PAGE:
house of happy

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Sunday, 4 November 2012

The Children Must Watch

First it was the unexplained migration of goats. There were goats everywhere, their soft flanks painted with ochres, reds and greens. 'Wow, look at those goats' - we pointed from the car and were rewarded with one word: Bakr-id. The feast of the goat. Smiles turned to shivers as the infidels (us!) heard the whole story of Eid-al-Adha.

All those goats, rams, those beautiful red cows, that camel (!!!) - all these creatures that fill the streets of Islamabad - will be dead by Sunday. Namely: on Saturday morning entire families will gather around their sacrifice and say a prayer. The animal will be laid on one side, held down by the men. The patriarch will slit its throat and hold the warm body in his arms until it bleeds out. The children must watch.

The children must watch. 'They don't like it, but it's good for them' - I hear many times during these days. And 'They must understand'. Understand what? The 'rules' are spelled out: a) you must love the sacrificed animal (choose a favourite animal, one that you fed and cared for); b) the sacrifice must be done respectfully, no jokes, no giggling; c) you must stay with the animal until it dies; d) the meat is divided into three parts: one for the close family, one for the extended family and friends and the third for the poor; e) the children must watch - and learn the story of Abraham, who was ready to sacrifice his beloved son Ismail, at God's command. At the last minute, God replaced Ismail with a ram.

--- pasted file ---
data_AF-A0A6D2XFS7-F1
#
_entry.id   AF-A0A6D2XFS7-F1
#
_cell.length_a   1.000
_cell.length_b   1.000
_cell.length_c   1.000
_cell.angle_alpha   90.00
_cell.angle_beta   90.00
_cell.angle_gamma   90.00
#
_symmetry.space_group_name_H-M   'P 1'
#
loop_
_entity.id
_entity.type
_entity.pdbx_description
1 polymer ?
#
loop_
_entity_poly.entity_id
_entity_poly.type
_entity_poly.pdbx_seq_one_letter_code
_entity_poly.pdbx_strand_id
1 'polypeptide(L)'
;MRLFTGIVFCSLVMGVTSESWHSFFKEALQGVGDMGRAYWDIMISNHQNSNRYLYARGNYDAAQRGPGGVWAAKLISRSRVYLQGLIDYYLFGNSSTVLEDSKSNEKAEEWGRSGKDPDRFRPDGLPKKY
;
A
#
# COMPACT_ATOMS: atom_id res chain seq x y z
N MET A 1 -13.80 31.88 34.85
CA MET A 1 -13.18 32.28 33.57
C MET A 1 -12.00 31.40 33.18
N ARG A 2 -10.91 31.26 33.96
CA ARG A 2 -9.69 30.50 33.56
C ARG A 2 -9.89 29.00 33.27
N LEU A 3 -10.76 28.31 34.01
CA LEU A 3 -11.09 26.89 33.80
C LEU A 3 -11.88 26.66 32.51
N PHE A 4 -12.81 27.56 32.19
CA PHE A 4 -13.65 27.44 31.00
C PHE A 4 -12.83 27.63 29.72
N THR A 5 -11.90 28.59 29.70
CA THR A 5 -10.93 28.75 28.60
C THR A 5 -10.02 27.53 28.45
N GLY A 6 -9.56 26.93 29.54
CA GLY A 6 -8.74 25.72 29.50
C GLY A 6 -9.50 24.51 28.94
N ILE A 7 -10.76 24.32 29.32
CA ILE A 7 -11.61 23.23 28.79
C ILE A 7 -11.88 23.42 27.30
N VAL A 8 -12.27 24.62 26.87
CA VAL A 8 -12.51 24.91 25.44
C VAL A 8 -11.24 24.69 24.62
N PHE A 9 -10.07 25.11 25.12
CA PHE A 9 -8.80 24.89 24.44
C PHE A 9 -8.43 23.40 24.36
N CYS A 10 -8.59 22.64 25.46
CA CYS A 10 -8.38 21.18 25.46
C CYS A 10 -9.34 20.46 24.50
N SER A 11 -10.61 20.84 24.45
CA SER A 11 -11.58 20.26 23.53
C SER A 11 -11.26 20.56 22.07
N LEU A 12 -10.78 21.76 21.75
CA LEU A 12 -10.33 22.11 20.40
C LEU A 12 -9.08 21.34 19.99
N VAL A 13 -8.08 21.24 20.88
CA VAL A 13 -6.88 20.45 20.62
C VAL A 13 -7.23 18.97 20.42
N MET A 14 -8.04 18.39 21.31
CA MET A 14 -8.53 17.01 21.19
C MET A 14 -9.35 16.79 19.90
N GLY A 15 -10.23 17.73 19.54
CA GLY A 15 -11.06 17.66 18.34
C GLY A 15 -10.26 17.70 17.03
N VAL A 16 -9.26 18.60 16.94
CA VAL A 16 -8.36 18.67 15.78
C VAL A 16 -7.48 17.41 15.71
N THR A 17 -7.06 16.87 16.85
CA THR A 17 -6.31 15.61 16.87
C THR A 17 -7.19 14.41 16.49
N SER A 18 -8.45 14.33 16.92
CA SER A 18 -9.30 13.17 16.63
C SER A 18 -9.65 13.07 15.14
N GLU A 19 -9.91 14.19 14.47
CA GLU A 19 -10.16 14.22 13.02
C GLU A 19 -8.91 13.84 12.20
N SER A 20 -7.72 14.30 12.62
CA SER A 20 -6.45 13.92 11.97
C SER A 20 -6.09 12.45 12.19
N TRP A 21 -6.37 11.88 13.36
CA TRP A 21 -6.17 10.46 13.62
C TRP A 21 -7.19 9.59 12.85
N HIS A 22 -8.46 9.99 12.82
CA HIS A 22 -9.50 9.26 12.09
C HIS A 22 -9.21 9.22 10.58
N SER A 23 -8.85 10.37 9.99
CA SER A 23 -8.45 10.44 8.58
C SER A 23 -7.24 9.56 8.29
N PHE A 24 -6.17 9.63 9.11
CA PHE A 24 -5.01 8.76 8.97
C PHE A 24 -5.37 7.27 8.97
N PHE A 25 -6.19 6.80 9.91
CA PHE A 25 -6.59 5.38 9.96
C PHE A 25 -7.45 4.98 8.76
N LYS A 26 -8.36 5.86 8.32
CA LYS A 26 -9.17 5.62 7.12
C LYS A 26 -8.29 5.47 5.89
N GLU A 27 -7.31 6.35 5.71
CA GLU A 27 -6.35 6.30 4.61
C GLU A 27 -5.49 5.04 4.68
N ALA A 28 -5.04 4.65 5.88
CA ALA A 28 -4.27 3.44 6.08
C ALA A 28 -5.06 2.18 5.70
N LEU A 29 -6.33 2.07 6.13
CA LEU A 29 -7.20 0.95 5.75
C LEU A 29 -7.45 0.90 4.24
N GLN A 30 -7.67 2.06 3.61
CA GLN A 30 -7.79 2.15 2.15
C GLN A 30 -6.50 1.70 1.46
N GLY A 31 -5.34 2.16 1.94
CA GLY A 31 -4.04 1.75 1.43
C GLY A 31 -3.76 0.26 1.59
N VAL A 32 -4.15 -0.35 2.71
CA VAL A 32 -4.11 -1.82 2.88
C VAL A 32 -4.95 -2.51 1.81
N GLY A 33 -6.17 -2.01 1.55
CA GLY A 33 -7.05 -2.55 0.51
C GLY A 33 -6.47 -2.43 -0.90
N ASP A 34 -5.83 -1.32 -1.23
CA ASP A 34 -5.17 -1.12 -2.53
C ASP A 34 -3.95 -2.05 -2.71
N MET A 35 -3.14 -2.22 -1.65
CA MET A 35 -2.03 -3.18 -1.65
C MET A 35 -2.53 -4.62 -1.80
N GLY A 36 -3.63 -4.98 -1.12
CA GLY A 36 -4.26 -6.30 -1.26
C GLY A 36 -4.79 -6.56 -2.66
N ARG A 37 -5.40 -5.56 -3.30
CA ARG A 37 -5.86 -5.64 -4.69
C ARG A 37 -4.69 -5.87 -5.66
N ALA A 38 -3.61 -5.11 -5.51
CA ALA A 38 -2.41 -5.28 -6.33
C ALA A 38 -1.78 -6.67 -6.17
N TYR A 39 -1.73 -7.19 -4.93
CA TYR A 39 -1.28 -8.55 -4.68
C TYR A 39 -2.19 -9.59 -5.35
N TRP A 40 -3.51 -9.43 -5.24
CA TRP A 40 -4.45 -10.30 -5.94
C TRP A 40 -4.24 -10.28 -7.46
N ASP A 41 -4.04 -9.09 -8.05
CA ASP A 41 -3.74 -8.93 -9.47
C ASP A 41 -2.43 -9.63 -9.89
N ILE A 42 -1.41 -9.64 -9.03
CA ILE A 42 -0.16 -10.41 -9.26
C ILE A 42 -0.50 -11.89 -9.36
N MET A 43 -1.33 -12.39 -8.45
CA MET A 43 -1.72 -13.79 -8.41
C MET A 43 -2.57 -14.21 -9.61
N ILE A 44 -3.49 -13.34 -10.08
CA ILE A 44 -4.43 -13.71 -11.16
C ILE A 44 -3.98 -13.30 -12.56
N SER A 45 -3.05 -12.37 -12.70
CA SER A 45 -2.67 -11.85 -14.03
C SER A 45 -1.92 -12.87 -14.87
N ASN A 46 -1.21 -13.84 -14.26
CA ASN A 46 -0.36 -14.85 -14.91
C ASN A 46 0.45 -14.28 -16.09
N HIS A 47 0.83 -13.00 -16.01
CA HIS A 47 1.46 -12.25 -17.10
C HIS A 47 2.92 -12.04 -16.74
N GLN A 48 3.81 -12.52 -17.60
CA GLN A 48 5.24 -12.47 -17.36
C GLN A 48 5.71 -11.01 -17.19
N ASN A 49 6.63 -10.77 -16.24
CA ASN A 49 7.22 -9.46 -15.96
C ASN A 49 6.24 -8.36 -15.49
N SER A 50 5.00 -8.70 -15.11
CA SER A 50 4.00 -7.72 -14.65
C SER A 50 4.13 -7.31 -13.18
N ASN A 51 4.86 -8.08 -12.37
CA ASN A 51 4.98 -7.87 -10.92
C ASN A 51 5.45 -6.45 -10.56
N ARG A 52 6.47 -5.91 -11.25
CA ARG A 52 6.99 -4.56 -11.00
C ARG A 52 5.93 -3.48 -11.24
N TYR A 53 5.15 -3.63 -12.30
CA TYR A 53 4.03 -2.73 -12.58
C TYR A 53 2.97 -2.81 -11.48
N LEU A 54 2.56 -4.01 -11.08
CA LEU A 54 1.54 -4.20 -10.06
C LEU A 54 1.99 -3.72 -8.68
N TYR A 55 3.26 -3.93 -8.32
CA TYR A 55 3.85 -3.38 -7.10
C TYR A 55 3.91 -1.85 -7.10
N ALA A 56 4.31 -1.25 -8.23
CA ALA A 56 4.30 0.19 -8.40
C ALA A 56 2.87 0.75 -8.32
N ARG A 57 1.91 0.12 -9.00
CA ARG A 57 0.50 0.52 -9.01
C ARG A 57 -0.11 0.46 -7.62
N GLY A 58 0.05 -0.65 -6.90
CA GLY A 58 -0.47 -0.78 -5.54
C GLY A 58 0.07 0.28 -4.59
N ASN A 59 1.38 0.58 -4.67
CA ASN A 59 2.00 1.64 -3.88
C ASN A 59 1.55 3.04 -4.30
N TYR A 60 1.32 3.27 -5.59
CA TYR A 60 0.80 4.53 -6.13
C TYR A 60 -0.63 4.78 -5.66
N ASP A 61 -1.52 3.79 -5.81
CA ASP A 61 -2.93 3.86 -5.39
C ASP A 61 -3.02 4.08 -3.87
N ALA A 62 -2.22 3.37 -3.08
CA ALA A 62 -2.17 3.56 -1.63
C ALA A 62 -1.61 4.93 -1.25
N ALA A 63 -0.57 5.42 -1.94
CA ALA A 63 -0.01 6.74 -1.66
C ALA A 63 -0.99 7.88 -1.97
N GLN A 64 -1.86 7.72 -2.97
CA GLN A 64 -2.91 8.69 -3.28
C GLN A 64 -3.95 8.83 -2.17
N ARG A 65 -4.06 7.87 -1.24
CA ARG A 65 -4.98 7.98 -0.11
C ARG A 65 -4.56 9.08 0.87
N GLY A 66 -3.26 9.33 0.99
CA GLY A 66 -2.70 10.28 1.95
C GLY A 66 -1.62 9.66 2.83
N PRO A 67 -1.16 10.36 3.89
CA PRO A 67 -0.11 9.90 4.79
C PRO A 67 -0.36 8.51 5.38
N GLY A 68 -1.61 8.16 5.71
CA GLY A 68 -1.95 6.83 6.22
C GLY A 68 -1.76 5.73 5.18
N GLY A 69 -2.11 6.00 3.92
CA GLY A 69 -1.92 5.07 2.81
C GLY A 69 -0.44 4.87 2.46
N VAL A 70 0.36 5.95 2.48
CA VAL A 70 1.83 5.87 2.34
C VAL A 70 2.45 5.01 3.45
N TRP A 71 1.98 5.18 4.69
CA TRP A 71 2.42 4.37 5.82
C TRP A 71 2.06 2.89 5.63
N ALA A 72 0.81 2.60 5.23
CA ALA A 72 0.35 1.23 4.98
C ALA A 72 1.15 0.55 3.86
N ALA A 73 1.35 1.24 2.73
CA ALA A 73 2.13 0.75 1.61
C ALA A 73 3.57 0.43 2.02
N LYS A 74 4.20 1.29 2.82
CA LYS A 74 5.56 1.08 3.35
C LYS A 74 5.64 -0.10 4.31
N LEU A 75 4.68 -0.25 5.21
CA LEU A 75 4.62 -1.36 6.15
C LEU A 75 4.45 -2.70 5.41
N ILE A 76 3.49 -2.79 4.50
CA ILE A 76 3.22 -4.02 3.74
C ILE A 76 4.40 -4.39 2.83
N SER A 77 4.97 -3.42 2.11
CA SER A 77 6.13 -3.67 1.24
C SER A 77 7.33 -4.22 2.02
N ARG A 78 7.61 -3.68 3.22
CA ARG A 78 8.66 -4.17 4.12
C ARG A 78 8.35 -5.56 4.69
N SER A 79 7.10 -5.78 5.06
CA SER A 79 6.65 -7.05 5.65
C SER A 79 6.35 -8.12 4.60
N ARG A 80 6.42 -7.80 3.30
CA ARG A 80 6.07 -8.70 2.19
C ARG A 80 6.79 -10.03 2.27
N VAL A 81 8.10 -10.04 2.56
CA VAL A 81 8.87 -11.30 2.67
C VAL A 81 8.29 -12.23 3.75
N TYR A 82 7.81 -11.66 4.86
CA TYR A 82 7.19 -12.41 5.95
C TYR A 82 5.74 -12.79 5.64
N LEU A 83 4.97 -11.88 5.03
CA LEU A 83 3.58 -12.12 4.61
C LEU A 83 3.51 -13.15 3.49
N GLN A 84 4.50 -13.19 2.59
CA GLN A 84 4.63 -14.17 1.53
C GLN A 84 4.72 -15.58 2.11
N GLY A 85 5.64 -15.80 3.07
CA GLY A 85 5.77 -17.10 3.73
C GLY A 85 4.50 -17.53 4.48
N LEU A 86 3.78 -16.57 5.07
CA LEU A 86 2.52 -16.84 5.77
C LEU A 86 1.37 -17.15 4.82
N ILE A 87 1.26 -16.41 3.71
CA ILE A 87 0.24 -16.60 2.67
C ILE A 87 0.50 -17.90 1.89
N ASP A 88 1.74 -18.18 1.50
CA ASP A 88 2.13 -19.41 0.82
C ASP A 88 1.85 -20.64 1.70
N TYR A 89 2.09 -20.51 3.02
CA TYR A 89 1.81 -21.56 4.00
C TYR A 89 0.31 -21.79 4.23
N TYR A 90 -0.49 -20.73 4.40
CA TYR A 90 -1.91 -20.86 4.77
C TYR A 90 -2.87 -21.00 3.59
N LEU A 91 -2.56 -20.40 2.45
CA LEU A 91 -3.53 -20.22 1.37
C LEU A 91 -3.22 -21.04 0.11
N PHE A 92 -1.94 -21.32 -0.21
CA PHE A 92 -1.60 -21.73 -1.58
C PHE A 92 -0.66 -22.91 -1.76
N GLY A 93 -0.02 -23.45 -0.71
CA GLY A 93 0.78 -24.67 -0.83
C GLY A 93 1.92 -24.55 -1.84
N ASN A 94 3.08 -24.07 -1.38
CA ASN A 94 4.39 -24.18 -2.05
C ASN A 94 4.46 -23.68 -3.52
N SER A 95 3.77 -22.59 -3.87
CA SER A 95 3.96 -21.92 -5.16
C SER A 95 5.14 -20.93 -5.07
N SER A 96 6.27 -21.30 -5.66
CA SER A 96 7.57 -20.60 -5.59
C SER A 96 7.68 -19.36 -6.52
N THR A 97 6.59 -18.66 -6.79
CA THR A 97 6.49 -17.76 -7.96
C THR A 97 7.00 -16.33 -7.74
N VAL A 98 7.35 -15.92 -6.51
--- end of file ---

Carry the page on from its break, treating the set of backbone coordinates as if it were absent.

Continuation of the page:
Since then, over 100 million animals are sacrificed every Eid, more than 10 million in Pakistan alone (thank you Wikipedia!) And the children must watch. I remember, as a child, watching my grandfather killing a hen. About 15 minutes before the act, I saw him sharpen his axe and learned why. Those last 15 minutes of the hen's life never left me; angst and adrenaline, curiosity and grief, rage and powerlessness, a lethal blend met with retching and sobbing, drowned in tears. I remember, another time, being inexplicably fond of a black turkey and shouting at them to tie ME up in the boot of our car instead, when the turkey made its final journey to a Christmas table in the city.

Why MUST the children watch? Moona has a good lay answer: 'If they eat meat, they MUST watch! You must know what's involved in putting that steak on your plate.' Based on which he decrees that I must watch, that Kira must watch too. We quake and gulp. We spend two days of terror around the beautiful goats, with flashbacks of an unnamed Romanian hen from the 70s flapping around a dusty courtyard minus its head.

We didn't watch. We woke up that Saturday morning and heard goats bleat from every back yard in the neighbourhood. We heard voices. Bleat. We heard the swish of sharpening metal. Bleat. We heard chanting. Bleat. Sometime later, we became aware of an unendurable silence.


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